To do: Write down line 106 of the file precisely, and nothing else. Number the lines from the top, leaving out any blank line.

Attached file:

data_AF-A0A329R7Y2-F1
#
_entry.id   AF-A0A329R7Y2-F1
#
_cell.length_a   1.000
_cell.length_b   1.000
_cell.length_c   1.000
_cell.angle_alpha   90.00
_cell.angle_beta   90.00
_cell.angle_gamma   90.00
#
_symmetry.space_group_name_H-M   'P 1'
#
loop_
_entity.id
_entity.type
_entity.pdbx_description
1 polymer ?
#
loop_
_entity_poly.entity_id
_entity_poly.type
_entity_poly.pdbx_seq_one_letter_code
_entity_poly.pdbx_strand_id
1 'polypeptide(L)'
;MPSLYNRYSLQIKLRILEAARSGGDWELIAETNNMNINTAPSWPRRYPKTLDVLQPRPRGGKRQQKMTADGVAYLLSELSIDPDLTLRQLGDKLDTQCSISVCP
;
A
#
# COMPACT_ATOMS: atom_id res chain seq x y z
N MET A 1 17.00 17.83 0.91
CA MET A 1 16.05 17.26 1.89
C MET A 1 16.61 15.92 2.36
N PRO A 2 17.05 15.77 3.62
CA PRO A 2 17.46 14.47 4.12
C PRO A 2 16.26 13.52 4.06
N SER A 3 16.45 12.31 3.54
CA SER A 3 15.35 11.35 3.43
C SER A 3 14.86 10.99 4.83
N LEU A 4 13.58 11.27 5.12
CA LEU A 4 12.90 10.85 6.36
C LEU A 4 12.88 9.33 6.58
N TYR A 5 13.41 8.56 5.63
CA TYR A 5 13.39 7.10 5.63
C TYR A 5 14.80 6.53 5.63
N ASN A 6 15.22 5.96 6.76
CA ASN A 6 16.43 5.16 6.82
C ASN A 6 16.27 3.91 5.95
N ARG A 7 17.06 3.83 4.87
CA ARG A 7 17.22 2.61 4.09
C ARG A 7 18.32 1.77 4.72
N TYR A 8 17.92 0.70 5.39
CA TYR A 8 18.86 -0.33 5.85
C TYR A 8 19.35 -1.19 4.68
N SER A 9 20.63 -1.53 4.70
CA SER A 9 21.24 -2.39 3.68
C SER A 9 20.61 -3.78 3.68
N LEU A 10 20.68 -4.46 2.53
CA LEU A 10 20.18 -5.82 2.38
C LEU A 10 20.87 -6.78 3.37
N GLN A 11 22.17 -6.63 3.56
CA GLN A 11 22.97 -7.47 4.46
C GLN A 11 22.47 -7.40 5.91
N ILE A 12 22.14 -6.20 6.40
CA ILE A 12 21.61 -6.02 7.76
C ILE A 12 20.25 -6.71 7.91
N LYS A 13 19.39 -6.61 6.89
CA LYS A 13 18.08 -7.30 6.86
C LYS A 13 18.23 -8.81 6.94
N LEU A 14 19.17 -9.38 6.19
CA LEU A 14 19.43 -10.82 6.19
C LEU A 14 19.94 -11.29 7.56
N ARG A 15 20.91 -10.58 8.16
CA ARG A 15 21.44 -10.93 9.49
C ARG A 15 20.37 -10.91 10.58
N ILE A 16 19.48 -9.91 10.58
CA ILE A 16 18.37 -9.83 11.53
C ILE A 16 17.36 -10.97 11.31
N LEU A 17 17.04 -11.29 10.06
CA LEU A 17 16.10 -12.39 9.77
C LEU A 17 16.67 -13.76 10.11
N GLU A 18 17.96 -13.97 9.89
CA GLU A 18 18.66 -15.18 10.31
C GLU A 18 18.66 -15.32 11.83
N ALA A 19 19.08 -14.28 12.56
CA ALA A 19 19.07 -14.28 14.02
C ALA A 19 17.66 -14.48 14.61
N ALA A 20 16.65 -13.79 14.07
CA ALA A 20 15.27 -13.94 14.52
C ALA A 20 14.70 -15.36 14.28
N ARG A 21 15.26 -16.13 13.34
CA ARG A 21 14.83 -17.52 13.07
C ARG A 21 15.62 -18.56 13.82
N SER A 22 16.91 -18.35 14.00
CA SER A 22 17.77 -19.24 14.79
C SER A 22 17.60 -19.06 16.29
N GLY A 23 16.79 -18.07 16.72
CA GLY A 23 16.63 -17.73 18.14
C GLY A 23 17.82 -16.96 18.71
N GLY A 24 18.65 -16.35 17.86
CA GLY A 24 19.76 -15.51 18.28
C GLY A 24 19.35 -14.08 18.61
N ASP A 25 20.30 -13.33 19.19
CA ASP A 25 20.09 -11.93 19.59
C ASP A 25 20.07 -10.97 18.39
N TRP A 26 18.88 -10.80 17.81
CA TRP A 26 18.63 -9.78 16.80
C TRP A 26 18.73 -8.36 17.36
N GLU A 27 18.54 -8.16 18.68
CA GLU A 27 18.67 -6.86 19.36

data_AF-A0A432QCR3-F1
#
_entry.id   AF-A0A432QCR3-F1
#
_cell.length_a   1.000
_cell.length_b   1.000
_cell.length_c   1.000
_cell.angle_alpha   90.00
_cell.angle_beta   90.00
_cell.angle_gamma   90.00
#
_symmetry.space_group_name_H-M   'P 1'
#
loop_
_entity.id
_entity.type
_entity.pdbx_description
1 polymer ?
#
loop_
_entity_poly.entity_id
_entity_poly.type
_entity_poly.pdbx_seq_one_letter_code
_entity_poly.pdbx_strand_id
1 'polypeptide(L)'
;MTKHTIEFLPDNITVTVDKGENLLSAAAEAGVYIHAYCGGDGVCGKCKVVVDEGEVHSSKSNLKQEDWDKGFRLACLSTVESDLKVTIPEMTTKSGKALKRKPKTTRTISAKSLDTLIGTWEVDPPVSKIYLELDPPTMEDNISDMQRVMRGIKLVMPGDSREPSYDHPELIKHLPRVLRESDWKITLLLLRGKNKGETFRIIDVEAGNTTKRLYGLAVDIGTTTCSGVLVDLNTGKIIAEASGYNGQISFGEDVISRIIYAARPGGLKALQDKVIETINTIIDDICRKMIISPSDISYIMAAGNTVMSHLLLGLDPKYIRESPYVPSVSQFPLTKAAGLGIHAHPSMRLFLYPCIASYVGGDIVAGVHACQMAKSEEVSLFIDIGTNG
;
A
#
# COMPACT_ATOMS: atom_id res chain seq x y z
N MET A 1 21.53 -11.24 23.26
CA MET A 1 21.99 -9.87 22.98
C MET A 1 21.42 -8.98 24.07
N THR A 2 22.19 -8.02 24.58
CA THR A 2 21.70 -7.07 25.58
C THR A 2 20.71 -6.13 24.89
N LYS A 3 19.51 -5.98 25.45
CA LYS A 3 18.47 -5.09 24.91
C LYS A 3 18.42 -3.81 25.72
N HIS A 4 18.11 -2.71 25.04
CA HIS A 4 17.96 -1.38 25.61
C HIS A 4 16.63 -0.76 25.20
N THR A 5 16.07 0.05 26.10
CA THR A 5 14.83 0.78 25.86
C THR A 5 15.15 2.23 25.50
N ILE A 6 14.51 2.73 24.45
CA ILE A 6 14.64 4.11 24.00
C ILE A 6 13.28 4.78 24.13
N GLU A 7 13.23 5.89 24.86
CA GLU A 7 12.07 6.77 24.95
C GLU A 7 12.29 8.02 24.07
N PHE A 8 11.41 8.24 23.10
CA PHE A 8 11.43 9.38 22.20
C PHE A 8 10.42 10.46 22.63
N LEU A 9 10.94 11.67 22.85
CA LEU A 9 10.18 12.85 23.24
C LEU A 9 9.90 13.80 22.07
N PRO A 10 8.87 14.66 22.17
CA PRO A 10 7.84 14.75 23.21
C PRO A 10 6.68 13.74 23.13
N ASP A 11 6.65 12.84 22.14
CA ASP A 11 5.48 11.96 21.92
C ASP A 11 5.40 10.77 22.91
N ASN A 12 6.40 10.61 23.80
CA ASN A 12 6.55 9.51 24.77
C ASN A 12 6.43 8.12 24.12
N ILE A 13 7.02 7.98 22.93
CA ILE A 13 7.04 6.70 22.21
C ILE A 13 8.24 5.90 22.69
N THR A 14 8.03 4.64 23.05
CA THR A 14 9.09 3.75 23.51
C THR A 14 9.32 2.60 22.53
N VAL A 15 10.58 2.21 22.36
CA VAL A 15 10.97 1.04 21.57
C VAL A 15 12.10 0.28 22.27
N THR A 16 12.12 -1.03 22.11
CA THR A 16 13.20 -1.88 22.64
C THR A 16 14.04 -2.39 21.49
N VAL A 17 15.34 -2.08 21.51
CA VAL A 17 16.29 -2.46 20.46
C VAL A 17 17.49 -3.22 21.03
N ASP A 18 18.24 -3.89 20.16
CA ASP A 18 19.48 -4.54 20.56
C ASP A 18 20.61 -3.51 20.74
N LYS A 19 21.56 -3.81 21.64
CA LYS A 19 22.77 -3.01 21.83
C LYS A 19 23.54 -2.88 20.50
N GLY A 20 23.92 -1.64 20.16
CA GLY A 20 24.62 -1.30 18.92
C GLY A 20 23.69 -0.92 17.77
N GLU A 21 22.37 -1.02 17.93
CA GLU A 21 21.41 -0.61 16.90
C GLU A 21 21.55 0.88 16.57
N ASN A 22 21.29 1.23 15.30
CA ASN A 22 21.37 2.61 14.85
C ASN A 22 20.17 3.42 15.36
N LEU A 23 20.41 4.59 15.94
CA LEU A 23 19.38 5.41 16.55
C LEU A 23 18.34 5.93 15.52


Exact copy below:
N TRP A 26 18.88 -10.80 17.81